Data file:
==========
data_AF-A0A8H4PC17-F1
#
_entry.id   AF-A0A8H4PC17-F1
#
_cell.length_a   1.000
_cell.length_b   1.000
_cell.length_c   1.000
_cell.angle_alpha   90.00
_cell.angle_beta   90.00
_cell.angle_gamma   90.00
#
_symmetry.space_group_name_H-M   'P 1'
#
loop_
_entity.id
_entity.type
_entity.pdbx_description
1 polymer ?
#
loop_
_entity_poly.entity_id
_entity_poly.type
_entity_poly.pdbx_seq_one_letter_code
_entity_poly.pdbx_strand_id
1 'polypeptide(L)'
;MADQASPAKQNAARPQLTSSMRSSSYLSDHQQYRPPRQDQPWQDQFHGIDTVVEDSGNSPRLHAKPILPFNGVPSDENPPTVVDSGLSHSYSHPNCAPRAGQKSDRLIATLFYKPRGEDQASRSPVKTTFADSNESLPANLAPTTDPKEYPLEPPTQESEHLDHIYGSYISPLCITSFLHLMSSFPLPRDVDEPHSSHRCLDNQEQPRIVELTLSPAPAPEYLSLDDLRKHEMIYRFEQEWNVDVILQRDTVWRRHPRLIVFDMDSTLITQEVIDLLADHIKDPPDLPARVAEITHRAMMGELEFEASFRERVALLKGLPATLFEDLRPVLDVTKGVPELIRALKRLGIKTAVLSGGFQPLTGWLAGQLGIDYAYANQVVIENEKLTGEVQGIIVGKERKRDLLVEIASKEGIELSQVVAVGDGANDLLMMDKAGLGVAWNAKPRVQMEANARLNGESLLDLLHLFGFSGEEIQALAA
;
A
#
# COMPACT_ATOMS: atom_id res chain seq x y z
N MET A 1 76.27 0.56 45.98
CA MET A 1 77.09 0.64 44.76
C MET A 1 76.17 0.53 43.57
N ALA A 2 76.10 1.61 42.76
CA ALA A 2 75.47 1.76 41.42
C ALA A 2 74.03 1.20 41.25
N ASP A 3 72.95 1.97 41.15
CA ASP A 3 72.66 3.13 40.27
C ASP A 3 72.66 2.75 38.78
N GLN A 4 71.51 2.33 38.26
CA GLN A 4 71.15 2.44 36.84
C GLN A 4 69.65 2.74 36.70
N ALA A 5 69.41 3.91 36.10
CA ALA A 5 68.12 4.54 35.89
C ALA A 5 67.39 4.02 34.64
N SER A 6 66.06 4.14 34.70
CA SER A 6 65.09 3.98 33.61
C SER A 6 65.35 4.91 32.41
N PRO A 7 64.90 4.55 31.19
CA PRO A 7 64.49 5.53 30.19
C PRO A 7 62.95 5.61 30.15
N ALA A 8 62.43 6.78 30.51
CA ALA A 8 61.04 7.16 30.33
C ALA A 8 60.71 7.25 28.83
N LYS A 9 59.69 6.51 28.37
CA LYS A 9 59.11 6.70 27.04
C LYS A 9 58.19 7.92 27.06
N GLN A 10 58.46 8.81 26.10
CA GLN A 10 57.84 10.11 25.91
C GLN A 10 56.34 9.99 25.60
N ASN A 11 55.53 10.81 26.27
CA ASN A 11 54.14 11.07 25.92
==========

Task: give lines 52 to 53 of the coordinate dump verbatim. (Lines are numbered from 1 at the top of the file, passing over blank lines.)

N ALA A 8 62.43 6.78 30.51
CA ALA A 8 61.04 7.16 30.33